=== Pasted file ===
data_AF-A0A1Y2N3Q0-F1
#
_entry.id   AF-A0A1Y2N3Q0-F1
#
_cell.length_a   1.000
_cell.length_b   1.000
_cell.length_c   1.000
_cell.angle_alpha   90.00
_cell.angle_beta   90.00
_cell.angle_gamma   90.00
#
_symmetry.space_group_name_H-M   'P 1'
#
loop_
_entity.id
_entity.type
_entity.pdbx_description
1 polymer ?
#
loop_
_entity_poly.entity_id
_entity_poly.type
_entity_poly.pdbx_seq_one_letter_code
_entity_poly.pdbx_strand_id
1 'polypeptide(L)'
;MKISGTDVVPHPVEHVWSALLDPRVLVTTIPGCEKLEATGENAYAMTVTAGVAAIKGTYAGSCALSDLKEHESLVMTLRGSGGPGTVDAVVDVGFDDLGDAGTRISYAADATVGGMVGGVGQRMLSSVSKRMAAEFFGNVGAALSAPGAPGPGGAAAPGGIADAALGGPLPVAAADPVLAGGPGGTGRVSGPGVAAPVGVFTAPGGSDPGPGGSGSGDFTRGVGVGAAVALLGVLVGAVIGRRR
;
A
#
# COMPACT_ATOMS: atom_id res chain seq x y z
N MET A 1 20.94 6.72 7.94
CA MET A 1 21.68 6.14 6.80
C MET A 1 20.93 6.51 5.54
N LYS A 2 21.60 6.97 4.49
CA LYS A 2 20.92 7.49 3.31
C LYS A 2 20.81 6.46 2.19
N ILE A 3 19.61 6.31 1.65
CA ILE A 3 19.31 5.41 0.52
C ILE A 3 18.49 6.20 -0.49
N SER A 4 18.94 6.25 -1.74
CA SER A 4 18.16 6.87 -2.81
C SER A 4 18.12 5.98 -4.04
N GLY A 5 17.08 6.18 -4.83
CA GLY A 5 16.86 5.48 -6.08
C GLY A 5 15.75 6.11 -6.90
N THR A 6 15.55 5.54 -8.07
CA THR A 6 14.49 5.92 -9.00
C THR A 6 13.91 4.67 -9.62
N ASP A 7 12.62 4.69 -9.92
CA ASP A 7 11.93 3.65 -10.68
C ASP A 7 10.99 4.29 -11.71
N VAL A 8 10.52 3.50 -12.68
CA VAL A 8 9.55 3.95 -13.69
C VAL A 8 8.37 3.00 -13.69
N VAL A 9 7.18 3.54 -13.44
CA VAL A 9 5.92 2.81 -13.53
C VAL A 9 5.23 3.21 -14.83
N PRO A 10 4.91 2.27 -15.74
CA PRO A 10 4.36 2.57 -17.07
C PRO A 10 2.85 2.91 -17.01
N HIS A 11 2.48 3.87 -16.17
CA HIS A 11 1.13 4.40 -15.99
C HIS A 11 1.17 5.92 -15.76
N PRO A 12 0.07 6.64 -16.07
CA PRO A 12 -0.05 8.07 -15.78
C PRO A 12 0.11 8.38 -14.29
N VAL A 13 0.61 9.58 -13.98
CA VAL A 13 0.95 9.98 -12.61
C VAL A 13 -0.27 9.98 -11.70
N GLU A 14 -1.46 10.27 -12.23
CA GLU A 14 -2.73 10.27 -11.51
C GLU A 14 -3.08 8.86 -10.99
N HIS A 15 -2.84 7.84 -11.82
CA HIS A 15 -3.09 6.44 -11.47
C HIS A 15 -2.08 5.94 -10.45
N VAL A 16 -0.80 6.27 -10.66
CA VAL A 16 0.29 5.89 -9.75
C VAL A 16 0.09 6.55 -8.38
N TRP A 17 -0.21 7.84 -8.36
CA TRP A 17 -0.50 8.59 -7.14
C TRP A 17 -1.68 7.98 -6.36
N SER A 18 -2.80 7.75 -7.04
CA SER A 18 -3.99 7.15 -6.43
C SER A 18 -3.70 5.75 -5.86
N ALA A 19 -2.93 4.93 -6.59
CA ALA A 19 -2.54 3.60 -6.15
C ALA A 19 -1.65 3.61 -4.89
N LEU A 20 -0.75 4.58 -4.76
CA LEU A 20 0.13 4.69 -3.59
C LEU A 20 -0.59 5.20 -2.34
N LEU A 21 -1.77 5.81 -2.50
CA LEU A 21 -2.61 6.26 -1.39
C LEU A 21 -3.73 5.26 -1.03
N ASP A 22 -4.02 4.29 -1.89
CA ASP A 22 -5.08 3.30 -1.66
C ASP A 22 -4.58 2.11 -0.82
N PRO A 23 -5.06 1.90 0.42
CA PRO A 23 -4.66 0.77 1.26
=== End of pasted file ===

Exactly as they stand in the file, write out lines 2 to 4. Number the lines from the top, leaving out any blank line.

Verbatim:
#
_entry.id   AF-A0A1Y2N3Q0-F1
#